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Sermon and Resources For Reformation Sunday
- by the Rev. Nina George Hacker -

Worship Resources
Reformation Sunday


On October 31, 1517, Martin Luther--described as "a poor, emaciated monk"--nailed to the door of the castle church at Wittenberg, Germany ninety-five Latin theses.   These condemned "indulgences" (the selling of pardons by the Catholic Church); made a plea for repentance; and invited sinners to salvation by grace.   Luther's theses were copied, translated, and spread throughout Europe--and the Protestant Reformation was born, lighting the way for John Wesley and us.

CALL TO WORSHIP (Adapted from Psalm 19)

Leader: The law of the Lord is perfect, reviving the soul.
People: The precepts of the Lord are right, rejoicing our hearts.
Leader: The fear of the Lord is pure, enduring forever.
People: In keeping God's word, there is great reward.
Leader: Let us therefore bow down and worship our Maker,
People: Our Rock and our Redeemer. Alleluia! Amen.


Jesus, Name above all names, we come before You today, thankful for all that You are doing in our lives.   Almighty Father, we confess to You that we have been less than faithful.   We have grieved our neighbors and betrayed Your unfailing love.   Holy Spirit, we ask your grace to repent and believe the Good News.   Lord, we pray for Your power to withstand the enemy of our souls--both within and without.   This we ask through Christ our Savior. Amen.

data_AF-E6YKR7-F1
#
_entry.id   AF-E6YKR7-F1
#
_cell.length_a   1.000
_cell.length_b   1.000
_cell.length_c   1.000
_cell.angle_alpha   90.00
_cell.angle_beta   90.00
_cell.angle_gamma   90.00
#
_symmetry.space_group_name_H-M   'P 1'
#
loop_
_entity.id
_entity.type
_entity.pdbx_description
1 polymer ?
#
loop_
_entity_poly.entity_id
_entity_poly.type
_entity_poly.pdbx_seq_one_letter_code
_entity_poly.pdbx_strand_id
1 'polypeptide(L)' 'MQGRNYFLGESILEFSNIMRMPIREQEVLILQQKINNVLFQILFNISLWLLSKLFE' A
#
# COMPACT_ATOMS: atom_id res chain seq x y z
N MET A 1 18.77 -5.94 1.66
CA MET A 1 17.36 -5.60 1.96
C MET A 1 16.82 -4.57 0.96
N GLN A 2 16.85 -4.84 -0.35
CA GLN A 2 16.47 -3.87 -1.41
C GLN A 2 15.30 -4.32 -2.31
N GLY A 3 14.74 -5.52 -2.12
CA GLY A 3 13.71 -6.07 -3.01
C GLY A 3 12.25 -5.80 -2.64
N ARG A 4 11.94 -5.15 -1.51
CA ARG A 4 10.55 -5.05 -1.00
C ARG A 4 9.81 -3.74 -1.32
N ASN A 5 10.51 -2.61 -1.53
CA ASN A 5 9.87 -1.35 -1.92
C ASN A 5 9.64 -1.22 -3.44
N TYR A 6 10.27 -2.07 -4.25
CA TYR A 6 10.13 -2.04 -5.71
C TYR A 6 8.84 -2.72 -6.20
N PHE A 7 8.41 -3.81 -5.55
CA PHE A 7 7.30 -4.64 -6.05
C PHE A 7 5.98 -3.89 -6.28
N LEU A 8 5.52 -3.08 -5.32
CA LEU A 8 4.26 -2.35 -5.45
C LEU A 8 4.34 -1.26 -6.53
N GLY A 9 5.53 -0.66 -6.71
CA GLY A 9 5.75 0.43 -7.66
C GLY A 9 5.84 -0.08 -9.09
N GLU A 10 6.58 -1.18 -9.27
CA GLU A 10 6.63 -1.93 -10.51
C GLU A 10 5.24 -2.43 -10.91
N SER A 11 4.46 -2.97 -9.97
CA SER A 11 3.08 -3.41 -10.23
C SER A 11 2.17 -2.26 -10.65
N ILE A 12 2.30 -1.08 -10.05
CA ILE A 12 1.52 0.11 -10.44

A Mighty Fortress Is Our God
O Word of God Incarnate (sung to tune: Ellacombe)
Forward Through the Ages
Wonderful Words of Life (verses 2 & 3)


Hebrews 4:12-13
Matthew 5:17-19

SERMON: "The Sword of the Spirit"

CHRISTMAS IS COMING! Only 56 shopping days left! You parents and grandparents know what that means--the latest computer software that has to be installed; toys, games, sports equipment, bikes and other kiddie things that will come marked "assembly required." Un-hunh! Have you ever tried putting those things together without the instructions?

Now, my husband likes to save money. And those do-it-yourself jobs tend to be more economical. But then again, he's not exactly the handiest guy. I mean, piano fingers and hammers don't keep good company. Even so, by following the manufacturer's instructions--VERY carefully--he's managed to assemble a book shelf, a CD cabinet, a hutch that holds his organ music, and some nifty laundry room shelves that got all the junk up off our basement floor.

Getting things like toys and bookshelves together without instructions is hard enough. Getting our lives together without instruction can be disastrous. When you unpack a new appliance or hook up a computer, you need to read the manufacturer's guidelines. Likewise, when we come into this world of sin and moral chaos, we need to read--and know--OUR manufacturer's instructions--the Bible. THIS [hold up] is our user's manual for LIFE. One 19th century commentator [Mercersburg theologian, Philip Schaff, History of the Christian Church, Vol. VII] declared that the Bible is "by far the best guide of instruction in holy living and dying." Indeed!.